Hereditary-pattern baldness starts with thinning of the hair and often progresses to complete hair loss on parts of the scalp. Hairs on the pillow, in the tub or on the comb are unreliable symptoms of hair loss. The average non-balding person loses 100 hairs per day, and more hair may fall out under certain circumstances, such as after childbirth or a serious illness.
In men, hair loss typically begins at the temples and crown and proceeds in an M-shaped pattern. In the most advanced stage, only a rim of hair along the side and back of the scalp remains.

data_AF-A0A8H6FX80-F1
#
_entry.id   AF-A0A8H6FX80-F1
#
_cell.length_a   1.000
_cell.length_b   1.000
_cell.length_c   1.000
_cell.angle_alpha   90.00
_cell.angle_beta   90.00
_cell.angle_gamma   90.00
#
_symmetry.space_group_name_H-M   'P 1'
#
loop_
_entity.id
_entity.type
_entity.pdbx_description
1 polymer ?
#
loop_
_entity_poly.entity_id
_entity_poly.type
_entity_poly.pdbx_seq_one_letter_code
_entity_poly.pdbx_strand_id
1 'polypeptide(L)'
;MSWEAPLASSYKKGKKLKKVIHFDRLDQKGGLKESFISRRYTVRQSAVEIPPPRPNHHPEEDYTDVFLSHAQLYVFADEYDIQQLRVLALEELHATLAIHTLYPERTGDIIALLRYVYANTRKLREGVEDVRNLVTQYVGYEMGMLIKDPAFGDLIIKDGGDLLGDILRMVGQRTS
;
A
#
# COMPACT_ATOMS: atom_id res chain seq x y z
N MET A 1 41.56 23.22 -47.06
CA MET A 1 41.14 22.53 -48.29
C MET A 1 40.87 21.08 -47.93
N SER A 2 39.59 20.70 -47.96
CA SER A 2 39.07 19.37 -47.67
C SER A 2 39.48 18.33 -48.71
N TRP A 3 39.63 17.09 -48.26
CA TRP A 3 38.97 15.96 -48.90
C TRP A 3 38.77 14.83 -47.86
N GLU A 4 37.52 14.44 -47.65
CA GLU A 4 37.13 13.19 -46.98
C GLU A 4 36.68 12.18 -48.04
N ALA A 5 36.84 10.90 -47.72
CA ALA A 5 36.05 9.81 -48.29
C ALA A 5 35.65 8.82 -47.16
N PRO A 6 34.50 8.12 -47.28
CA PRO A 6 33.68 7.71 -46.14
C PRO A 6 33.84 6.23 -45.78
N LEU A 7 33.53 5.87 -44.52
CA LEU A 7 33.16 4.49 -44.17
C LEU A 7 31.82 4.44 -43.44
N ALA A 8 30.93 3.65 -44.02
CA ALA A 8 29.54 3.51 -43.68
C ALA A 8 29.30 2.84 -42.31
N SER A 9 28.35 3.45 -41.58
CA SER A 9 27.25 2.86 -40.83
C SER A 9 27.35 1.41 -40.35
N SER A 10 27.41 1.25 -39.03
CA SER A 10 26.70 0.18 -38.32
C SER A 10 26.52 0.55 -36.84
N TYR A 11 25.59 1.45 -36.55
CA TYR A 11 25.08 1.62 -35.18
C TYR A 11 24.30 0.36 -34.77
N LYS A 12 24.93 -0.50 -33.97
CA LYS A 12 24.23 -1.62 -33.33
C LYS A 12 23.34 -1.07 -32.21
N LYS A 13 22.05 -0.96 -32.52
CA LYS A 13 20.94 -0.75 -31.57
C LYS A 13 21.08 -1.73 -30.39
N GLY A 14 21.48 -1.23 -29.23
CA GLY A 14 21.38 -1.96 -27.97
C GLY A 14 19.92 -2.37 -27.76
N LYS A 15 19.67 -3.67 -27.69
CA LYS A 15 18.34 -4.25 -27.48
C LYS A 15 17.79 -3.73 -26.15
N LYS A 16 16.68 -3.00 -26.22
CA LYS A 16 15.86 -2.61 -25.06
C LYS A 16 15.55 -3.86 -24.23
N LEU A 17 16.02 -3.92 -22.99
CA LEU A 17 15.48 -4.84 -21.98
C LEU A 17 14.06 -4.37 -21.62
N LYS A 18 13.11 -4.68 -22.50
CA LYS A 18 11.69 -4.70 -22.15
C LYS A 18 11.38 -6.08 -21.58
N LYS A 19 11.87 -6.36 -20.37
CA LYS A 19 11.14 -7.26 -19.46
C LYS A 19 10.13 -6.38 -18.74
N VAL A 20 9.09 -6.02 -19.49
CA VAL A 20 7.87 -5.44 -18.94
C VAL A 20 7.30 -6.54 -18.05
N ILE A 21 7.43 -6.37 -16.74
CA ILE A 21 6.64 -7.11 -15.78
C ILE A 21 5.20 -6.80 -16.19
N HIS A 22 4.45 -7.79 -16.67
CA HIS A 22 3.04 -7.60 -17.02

In women, hair loss tends to be more widespread but better hidden. The top of the head down the middle is most commonly affected, often in a "Christmas tree" pattern. In contrast to men, the hairline along the forehead and temples usually remains normal in women. Complete loss of hair in any one place on the scalp is unusual and may suggest that a different problem is the cause, such as alopecia areata (an immune system disorder that causes bald patches), a fungus infection or one of a number of other skin conditions.